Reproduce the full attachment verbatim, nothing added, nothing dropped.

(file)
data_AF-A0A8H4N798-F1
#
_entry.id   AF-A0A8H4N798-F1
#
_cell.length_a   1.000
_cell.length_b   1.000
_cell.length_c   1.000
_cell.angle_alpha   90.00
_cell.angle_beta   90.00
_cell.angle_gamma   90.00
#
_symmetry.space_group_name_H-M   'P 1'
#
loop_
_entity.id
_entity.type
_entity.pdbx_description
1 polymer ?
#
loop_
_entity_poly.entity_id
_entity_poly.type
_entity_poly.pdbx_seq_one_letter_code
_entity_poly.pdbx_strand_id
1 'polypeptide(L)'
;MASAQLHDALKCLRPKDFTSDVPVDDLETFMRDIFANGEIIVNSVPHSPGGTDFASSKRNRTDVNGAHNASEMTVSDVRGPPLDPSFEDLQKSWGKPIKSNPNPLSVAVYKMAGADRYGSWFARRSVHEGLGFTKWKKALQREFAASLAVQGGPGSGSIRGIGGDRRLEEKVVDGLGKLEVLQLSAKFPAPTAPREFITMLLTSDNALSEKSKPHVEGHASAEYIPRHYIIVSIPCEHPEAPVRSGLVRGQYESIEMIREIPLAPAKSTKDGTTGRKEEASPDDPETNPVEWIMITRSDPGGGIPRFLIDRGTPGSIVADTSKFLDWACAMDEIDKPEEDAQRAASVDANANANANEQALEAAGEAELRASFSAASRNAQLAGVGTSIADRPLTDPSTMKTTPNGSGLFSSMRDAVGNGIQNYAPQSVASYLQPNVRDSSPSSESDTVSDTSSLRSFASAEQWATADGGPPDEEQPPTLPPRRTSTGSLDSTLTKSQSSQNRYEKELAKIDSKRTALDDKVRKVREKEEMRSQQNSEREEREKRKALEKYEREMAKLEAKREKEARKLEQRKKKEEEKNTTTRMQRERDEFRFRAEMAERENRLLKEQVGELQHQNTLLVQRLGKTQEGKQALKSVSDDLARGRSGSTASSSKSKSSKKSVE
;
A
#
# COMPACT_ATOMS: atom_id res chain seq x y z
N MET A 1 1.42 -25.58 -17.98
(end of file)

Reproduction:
data_AF-A0A8H4N798-F1
#
_entry.id   AF-A0A8H4N798-F1
#
_cell.length_a   1.000
_cell.length_b   1.000
_cell.length_c   1.000
_cell.angle_alpha   90.00
_cell.angle_beta   90.00
_cell.angle_gamma   90.00
#
_symmetry.space_group_name_H-M   'P 1'
#
loop_
_entity.id
_entity.type
_entity.pdbx_description
1 polymer ?
#
loop_
_entity_poly.entity_id
_entity_poly.type
_entity_poly.pdbx_seq_one_letter_code
_entity_poly.pdbx_strand_id
1 'polypeptide(L)'
;MASAQLHDALKCLRPKDFTSDVPVDDLETFMRDIFANGEIIVNSVPHSPGGTDFASSKRNRTDVNGAHNASEMTVSDVRGPPLDPSFEDLQKSWGKPIKSNPNPLSVAVYKMAGADRYGSWFARRSVHEGLGFTKWKKALQREFAASLAVQGGPGSGSIRGIGGDRRLEEKVVDGLGKLEVLQLSAKFPAPTAPREFITMLLTSDNALSEKSKPHVEGHASAEYIPRHYIIVSIPCEHPEAPVRSGLVRGQYESIEMIREIPLAPAKSTKDGTTGRKEEASPDDPETNPVEWIMITRSDPGGGIPRFLIDRGTPGSIVADTSKFLDWACAMDEIDKPEEDAQRAASVDANANANANEQALEAAGEAELRASFSAASRNAQLAGVGTSIADRPLTDPSTMKTTPNGSGLFSSMRDAVGNGIQNYAPQSVASYLQPNVRDSSPSSESDTVSDTSSLRSFASAEQWATADGGPPDEEQPPTLPPRRTSTGSLDSTLTKSQSSQNRYEKELAKIDSKRTALDDKVRKVREKEEMRSQQNSEREEREKRKALEKYEREMAKLEAKREKEARKLEQRKKKEEEKNTTTRMQRERDEFRFRAEMAERENRLLKEQVGELQHQNTLLVQRLGKTQEGKQALKSVSDDLARGRSGSTASSSKSKSSKKSVE
;
A
#
# COMPACT_ATOMS: atom_id res chain seq x y z
N MET A 1 1.42 -25.58 -17.98